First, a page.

If it wasn't my weekend, I'd be keeping notes. Or maybe it is because I am hungry, and take some 'amuse-gueules' as they are passed around on trays, and don't feel like writing with sticky fingers. But I do remember that Matt's acquaintance is here because he likes dogs. 'Man's,' as they say, 'closest friend.'
After a while I do get to the tiered table under the tent, and I have one of nearly everything. Whatever they are, they are pretty good. If you go to a Ville de Paris museum or gallery opening, there isn't even any free water anymore.
Full enough to keep going for another ten minutes, I make my way back, waving off offers of Champagne or orange juice, and bump into Laurel Avery with a French monsieur whose name I immediately forget on account of it being my weekend. He is amused by the dogs. This is a good sign, because Parisians have seen everything else.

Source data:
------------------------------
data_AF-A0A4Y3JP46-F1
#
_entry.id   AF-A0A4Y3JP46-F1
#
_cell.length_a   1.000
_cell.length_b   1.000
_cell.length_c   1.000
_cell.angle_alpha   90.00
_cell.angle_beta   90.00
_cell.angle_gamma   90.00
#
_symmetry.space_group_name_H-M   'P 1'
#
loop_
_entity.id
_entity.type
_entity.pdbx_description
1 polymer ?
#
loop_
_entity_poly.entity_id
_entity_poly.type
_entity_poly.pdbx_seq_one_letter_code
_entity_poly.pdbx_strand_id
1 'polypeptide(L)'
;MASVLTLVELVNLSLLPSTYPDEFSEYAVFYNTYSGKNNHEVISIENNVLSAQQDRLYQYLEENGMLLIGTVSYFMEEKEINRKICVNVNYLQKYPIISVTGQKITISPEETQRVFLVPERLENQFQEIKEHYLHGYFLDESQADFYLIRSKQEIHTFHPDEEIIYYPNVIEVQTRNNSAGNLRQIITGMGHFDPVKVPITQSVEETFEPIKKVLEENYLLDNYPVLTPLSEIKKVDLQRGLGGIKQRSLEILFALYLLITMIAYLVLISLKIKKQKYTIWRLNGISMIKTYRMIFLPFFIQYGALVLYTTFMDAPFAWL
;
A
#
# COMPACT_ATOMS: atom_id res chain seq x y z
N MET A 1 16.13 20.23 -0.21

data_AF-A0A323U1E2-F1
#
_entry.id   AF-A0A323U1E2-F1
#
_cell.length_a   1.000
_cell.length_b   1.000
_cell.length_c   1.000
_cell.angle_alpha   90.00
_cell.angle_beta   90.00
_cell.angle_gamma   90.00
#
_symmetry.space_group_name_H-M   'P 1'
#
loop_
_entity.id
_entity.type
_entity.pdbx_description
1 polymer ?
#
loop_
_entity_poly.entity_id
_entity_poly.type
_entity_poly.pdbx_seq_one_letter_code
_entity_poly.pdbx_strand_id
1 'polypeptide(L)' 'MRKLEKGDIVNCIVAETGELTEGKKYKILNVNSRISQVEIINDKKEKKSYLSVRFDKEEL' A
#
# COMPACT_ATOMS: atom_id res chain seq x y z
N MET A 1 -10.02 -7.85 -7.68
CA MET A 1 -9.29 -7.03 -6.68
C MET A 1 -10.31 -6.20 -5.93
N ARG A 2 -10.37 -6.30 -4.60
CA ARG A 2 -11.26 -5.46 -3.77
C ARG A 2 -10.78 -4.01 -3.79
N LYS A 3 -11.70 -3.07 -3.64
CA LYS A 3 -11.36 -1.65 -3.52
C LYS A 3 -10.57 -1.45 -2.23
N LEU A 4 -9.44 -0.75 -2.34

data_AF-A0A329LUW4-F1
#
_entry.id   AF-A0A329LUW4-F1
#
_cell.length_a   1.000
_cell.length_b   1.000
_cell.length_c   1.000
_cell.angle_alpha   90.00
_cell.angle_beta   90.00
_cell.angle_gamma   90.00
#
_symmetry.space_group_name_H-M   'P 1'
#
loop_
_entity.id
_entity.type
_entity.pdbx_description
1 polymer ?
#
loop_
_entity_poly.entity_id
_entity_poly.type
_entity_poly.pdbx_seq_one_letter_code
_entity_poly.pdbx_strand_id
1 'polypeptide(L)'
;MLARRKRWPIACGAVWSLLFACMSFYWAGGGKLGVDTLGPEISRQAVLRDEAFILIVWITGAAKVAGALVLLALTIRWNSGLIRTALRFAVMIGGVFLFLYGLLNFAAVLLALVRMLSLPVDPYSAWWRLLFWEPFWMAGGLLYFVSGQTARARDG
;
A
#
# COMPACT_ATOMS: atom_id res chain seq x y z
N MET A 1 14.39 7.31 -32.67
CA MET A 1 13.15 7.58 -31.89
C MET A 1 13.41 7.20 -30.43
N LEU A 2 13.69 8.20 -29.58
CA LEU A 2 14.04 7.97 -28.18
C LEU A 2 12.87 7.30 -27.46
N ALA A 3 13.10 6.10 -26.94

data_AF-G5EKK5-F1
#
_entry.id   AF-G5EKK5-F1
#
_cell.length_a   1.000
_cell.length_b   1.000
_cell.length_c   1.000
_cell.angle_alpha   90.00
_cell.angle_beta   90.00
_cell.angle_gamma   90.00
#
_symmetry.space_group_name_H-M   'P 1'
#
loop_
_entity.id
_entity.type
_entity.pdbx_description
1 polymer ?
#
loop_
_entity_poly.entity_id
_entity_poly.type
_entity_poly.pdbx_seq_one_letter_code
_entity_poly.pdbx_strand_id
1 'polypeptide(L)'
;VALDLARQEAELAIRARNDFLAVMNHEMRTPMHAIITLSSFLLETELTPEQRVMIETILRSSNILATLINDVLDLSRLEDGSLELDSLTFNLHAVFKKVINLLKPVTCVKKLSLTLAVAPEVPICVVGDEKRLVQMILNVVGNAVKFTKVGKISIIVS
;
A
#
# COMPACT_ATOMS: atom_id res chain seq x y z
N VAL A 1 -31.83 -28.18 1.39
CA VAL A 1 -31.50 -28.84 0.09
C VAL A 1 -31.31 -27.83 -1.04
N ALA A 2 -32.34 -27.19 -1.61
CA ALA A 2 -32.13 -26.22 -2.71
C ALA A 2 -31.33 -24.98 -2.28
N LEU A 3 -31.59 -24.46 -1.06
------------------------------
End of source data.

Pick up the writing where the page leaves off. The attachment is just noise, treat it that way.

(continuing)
Back inside, there is an ultra-thin young lady photographer with a very large 35mm camera - maybe digital, Nikon seems to think the larger they are the more professional they look - and I try to synchro my camera to her camera's blitz-light. Even with a count-down it doesn't work.
In a small passage between the lobby and the room with the grass growing out of everything, I find Matt and his representation of a dog. His other two artworks are 'not found' in this show, and he's a bit peeved about it - since he got 150 close friends to come and see them.
Anyhow, it is enough that he is here on behalf of the other Daguerréotypistas who aren't with us today, and despite there being no light in this little passage, Matt gets pictorially recorded - along with some other first-nighters passing through. Later I see that most of these photos have a wonderful black texture, without actually having any images.
So there are dog fashions - 'Chiengora Sweaters' - coats, opera gloves, the 'Ashes of Fluffy,' and the fashion designer, as well as Little Red Riding Hood - which is a big installation, improbably looking like a sheep dog pretending to be a wolf, on a bed, set on an Italian tile floor, with an alpine background - with a red Little Red Riding Hood, little, dog - on the improbable tiles.I didn't know it at the time, but I would run into more ladies during the week with huge cameras and bigger flashes.